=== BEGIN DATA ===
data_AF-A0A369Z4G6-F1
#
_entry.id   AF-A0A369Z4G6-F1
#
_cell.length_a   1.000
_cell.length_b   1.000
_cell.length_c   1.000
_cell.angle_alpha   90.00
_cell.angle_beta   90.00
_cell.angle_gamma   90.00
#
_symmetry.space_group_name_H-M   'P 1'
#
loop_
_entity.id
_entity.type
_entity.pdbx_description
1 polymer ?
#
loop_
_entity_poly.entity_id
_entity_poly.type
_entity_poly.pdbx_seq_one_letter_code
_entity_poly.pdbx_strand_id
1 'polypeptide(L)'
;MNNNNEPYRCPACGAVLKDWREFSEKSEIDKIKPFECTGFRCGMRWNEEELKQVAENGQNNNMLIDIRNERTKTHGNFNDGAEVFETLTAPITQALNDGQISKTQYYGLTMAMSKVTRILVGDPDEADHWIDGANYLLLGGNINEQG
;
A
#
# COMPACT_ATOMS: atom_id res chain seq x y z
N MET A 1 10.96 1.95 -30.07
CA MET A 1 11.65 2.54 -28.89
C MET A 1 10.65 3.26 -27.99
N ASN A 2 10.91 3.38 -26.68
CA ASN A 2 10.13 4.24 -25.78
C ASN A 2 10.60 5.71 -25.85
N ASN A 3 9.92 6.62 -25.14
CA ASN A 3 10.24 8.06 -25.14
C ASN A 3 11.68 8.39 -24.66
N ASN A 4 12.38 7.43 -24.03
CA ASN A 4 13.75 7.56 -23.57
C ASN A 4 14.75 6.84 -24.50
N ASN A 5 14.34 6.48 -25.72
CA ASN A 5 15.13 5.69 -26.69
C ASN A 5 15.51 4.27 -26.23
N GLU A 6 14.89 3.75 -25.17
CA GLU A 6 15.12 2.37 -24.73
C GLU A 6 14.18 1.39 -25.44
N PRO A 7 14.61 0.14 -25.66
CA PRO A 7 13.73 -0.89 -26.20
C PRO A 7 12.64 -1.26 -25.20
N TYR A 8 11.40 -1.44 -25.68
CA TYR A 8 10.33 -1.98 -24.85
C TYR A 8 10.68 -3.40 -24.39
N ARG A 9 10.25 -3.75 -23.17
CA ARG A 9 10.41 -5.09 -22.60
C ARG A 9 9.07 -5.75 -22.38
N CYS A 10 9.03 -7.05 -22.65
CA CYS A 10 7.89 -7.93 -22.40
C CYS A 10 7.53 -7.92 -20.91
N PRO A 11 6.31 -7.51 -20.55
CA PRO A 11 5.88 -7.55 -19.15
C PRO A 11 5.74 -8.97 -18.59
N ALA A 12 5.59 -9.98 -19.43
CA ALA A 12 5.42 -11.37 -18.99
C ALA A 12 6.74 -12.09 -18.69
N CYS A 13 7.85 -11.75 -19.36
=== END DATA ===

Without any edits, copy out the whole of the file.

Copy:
data_AF-A0A369Z4G6-F1
#
_entry.id   AF-A0A369Z4G6-F1
#
_cell.length_a   1.000
_cell.length_b   1.000
_cell.length_c   1.000
_cell.angle_alpha   90.00
_cell.angle_beta   90.00
_cell.angle_gamma   90.00
#
_symmetry.space_group_name_H-M   'P 1'
#
loop_
_entity.id
_entity.type
_entity.pdbx_description
1 polymer ?
#
loop_
_entity_poly.entity_id
_entity_poly.type
_entity_poly.pdbx_seq_one_letter_code
_entity_poly.pdbx_strand_id
1 'polypeptide(L)'
;MNNNNEPYRCPACGAVLKDWREFSEKSEIDKIKPFECTGFRCGMRWNEEELKQVAENGQNNNMLIDIRNERTKTHGNFNDGAEVFETLTAPITQALNDGQISKTQYYGLTMAMSKVTRILVGDPDEADHWIDGANYLLLGGNINEQG
;
A
#
# COMPACT_ATOMS: atom_id res chain seq x y z
N MET A 1 10.96 1.95 -30.07
CA MET A 1 11.65 2.54 -28.89
C MET A 1 10.65 3.26 -27.99
N ASN A 2 10.91 3.38 -26.68
CA ASN A 2 10.13 4.24 -25.78
C ASN A 2 10.60 5.71 -25.85
N ASN A 3 9.92 6.62 -25.14
CA ASN A 3 10.24 8.06 -25.14
C ASN A 3 11.68 8.39 -24.66
N ASN A 4 12.38 7.43 -24.03
CA ASN A 4 13.75 7.56 -23.57
C ASN A 4 14.75 6.84 -24.50
N ASN A 5 14.34 6.48 -25.72
CA ASN A 5 15.13 5.69 -26.69
C ASN A 5 15.51 4.27 -26.23
N GLU A 6 14.89 3.75 -25.17
CA GLU A 6 15.12 2.37 -24.73
C GLU A 6 14.18 1.39 -25.44
N PRO A 7 14.61 0.14 -25.66
CA PRO A 7 13.73 -0.89 -26.20
C PRO A 7 12.64 -1.26 -25.20
N TYR A 8 11.40 -1.44 -25.68
CA TYR A 8 10.33 -1.98 -24.85
C TYR A 8 10.68 -3.40 -24.39
N ARG A 9 10.25 -3.75 -23.17
CA ARG A 9 10.41 -5.09 -22.60
C ARG A 9 9.07 -5.75 -22.38
N CYS A 10 9.03 -7.05 -22.65
CA CYS A 10 7.89 -7.93 -22.40
C CYS A 10 7.53 -7.92 -20.91
N PRO A 11 6.31 -7.51 -20.55
CA PRO A 11 5.88 -7.55 -19.15
C PRO A 11 5.74 -8.97 -18.59
N ALA A 12 5.59 -9.98 -19.43
CA ALA A 12 5.42 -11.37 -18.99
C ALA A 12 6.74 -12.09 -18.69
N CYS A 13 7.85 -11.75 -19.36